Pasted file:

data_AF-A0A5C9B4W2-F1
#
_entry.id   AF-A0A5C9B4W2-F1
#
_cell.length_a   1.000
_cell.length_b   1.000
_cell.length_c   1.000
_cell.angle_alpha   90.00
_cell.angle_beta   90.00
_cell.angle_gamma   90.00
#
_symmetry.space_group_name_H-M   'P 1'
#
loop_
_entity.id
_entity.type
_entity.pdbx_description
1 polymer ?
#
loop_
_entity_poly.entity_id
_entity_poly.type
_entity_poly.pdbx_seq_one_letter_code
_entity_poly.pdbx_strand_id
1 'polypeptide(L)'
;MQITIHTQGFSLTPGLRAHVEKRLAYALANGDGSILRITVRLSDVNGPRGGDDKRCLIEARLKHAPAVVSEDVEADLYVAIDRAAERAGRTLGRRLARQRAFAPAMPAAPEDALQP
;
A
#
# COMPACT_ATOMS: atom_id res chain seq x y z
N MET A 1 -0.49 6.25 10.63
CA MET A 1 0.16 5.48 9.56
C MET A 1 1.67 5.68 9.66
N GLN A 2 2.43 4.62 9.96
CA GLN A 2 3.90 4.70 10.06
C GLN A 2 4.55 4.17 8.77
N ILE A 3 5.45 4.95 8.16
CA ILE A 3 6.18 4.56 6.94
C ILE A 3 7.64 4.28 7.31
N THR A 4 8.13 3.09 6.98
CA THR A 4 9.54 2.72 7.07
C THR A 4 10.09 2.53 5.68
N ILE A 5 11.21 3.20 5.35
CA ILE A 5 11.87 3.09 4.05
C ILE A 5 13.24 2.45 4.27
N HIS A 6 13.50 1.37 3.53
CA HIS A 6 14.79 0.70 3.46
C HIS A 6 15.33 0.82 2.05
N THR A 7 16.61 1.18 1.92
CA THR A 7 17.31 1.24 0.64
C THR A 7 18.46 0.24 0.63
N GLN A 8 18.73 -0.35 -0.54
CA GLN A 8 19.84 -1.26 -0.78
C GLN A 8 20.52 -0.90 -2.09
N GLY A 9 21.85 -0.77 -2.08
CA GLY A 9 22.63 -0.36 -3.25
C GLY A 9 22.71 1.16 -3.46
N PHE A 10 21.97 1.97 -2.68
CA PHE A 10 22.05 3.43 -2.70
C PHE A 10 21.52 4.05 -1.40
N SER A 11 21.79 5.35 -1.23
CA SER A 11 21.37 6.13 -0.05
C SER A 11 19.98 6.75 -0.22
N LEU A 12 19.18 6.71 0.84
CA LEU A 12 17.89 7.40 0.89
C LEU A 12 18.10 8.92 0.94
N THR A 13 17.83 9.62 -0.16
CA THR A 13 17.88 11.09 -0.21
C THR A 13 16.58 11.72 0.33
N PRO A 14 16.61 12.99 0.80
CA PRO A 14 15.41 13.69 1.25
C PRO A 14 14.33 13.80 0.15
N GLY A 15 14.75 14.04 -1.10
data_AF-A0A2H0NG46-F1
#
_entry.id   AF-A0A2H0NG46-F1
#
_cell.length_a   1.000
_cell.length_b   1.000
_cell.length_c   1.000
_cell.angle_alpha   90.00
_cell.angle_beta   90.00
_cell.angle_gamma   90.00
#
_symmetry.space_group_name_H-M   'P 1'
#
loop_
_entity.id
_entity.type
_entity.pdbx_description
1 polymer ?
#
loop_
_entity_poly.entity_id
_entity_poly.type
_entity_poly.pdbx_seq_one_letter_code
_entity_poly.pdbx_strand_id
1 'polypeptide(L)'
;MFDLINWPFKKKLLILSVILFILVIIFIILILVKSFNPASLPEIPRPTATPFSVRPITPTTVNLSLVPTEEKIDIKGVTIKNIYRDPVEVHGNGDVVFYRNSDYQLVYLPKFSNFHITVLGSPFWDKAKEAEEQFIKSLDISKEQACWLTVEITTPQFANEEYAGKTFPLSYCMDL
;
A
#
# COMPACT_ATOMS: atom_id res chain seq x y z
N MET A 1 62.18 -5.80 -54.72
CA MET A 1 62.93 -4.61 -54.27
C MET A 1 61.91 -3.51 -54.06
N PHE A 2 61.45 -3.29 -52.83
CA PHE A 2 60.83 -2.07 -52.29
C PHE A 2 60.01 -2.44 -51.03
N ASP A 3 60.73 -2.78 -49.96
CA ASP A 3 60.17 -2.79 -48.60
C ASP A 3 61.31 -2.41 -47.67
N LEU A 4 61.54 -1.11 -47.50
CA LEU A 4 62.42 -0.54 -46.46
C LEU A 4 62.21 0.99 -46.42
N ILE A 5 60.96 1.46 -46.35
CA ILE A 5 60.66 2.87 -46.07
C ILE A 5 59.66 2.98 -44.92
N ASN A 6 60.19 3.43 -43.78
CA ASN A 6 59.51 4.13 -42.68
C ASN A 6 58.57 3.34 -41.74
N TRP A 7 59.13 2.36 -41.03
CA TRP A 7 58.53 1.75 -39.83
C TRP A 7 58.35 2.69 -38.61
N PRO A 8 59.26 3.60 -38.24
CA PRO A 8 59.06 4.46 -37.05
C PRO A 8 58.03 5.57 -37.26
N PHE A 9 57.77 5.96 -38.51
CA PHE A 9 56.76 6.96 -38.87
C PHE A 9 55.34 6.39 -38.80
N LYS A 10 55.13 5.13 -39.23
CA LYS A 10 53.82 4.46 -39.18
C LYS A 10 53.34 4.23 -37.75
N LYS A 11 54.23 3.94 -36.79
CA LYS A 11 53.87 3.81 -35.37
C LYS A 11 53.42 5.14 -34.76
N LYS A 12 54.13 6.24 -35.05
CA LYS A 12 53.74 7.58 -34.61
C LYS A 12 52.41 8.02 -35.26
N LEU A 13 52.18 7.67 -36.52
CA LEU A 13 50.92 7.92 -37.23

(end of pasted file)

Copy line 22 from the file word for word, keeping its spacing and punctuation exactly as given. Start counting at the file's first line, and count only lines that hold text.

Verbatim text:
_entity_poly.type